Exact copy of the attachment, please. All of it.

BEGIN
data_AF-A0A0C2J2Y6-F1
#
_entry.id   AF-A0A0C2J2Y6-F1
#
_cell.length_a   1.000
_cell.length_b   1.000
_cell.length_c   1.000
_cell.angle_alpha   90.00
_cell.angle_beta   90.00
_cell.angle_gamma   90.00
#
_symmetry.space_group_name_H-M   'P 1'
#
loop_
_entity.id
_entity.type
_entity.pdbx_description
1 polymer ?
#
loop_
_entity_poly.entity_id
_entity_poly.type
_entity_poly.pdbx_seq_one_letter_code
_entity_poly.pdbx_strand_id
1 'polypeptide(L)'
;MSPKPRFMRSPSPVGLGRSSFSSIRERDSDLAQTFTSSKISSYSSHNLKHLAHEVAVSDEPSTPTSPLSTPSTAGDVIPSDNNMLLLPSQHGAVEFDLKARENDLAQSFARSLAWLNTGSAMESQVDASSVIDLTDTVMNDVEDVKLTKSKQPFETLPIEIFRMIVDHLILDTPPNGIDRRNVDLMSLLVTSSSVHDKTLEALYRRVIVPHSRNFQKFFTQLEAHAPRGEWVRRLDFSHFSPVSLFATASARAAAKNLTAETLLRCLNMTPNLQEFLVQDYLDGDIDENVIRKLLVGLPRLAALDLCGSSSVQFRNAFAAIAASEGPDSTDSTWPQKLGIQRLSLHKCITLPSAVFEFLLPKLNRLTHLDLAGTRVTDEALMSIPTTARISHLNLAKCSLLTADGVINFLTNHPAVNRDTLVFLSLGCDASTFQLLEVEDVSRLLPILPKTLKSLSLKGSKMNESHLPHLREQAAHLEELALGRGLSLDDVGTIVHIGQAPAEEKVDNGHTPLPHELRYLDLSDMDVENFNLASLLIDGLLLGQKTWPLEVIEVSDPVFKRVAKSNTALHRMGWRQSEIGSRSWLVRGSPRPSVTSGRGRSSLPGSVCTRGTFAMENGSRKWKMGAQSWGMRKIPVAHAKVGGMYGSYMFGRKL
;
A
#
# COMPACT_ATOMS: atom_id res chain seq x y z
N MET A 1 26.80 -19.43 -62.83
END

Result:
data_AF-A0A0C2J2Y6-F1
#
_entry.id   AF-A0A0C2J2Y6-F1
#
_cell.length_a   1.000
_cell.length_b   1.000
_cell.length_c   1.000
_cell.angle_alpha   90.00
_cell.angle_beta   90.00
_cell.angle_gamma   90.00
#
_symmetry.space_group_name_H-M   'P 1'
#
loop_
_entity.id
_entity.type
_entity.pdbx_description
1 polymer ?
#
loop_
_entity_poly.entity_id
_entity_poly.type
_entity_poly.pdbx_seq_one_letter_code
_entity_poly.pdbx_strand_id
1 'polypeptide(L)'
;MSPKPRFMRSPSPVGLGRSSFSSIRERDSDLAQTFTSSKISSYSSHNLKHLAHEVAVSDEPSTPTSPLSTPSTAGDVIPSDNNMLLLPSQHGAVEFDLKARENDLAQSFARSLAWLNTGSAMESQVDASSVIDLTDTVMNDVEDVKLTKSKQPFETLPIEIFRMIVDHLILDTPPNGIDRRNVDLMSLLVTSSSVHDKTLEALYRRVIVPHSRNFQKFFTQLEAHAPRGEWVRRLDFSHFSPVSLFATASARAAAKNLTAETLLRCLNMTPNLQEFLVQDYLDGDIDENVIRKLLVGLPRLAALDLCGSSSVQFRNAFAAIAASEGPDSTDSTWPQKLGIQRLSLHKCITLPSAVFEFLLPKLNRLTHLDLAGTRVTDEALMSIPTTARISHLNLAKCSLLTADGVINFLTNHPAVNRDTLVFLSLGCDASTFQLLEVEDVSRLLPILPKTLKSLSLKGSKMNESHLPHLREQAAHLEELALGRGLSLDDVGTIVHIGQAPAEEKVDNGHTPLPHELRYLDLSDMDVENFNLASLLIDGLLLGQKTWPLEVIEVSDPVFKRVAKSNTALHRMGWRQSEIGSRSWLVRGSPRPSVTSGRGRSSLPGSVCTRGTFAMENGSRKWKMGAQSWGMRKIPVAHAKVGGMYGSYMFGRKL
;
A
#
# COMPACT_ATOMS: atom_id res chain seq x y z
N MET A 1 26.80 -19.43 -62.83